In the western United States, wildfires now drive the majority of reforestation need — including 80% of the need in national forests. Large, high-severity fires burn so hot and over such a large area that they destroy mature, seed-producing trees and incinerate natural seed banks in the soil. In 2014, for example, the King Fire burned 64,000 acres in the Eldorado National Forest in California. Half of these acres lost all of their trees, and many are now so far away from the surviving forest that they may take generations to regrow on their own, if at all. Similar high-intensity burns are now occurring regularly throughout the west.
“…Agriculture Secretary Tom Vilsack said the only way to reduce catastrophic wildfire was to “significantly increase the level of management on our forests” — including thinning out vegetation and intentionally setting fires that mimic the effects of natural burns. 
Federal budgets haven’t always reflected that priority…”
As the warming climate makes extreme fires more likely, some iconic tree species are not growing back like they used to. Ecologists say this could transform vast areas of western forests.
“… the National Park Service estimates that up to 10,000 large giant sequoias may have died from the Castle Fire alone (….) This means that roughly 10% of the world’s remaining large giant sequoia were killed last year.”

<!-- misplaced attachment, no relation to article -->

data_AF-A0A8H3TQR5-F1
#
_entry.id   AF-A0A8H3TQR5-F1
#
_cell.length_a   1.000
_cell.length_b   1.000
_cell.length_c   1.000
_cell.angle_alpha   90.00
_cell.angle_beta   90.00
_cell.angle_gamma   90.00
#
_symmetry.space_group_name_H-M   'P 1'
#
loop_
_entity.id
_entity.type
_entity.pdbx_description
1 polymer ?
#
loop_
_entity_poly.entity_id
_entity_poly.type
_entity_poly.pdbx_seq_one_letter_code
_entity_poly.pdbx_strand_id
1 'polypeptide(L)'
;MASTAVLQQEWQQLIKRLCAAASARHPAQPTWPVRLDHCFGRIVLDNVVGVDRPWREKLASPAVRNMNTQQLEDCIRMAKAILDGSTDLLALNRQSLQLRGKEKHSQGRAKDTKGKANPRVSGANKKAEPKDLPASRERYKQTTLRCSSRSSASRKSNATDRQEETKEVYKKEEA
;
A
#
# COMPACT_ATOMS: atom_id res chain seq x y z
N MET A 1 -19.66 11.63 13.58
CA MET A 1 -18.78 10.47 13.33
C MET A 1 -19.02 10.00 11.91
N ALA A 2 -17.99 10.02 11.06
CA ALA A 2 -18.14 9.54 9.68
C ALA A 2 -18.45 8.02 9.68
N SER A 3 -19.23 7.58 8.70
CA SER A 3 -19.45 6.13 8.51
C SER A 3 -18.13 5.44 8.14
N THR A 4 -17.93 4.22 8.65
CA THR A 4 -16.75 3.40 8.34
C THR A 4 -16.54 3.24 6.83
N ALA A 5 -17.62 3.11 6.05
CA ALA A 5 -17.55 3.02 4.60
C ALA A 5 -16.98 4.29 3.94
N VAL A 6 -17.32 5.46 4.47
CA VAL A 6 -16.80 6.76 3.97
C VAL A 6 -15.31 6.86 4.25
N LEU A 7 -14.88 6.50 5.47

The above is extract from a newsletter sent by the Save the Redwood League to Sequoia Crest Residents.
Reading this article in the FT today puts the wildfires into perspective: “Extreme weather takes climate change models ‘off the scale….(it) has left climate scientists “shocked” and concerned that extreme events are arriving even faster than models predicted….In southern Oregon, a fire over an area 25 times the size of Manhattan has raged for weeks, aided by a record-shattering heatwave. n China, floods left 51 dead after a year’s worth of rain fell in a single day in the central city of Zhengzhou… In Russia, a state of emergency has been declared in Yakutia in the Far East, where authorities are creating artificial rain by seeding clouds with silver iodine in an attempt to put out more than 200 fires. 
According to ” More than 162 million trees in California have died across 10.5 million acres since 2010. California’s climate is changing rapidly….. In coming decades, many of the state’s forests will be too hot and dry for the tree species that currently grow there. As appropriate, American Forests uses species from warmer, lower-lying areas and plants them in higher-altitude sites. This pioneering tactic, called “assisted migration,” helps forests adjust to climate change quicker than they can on their own.”

Here at Sequoia Crest temperatures have been hotter this summer than any of us can remember. The loss of the cooling effect without the tree cover doubtless is a contributes to this rise in temperatures.
Save the Save the Redwoods League has started the regeneration of the section of the Alder Creek Grove that was damaged by he the Castle Fire. The fire affected over 170.000 acres of forest. Those sections of the forest that burned at high severity is not expected to recover without human intervention.

Visit Uta Kögelsberger’s full website at www.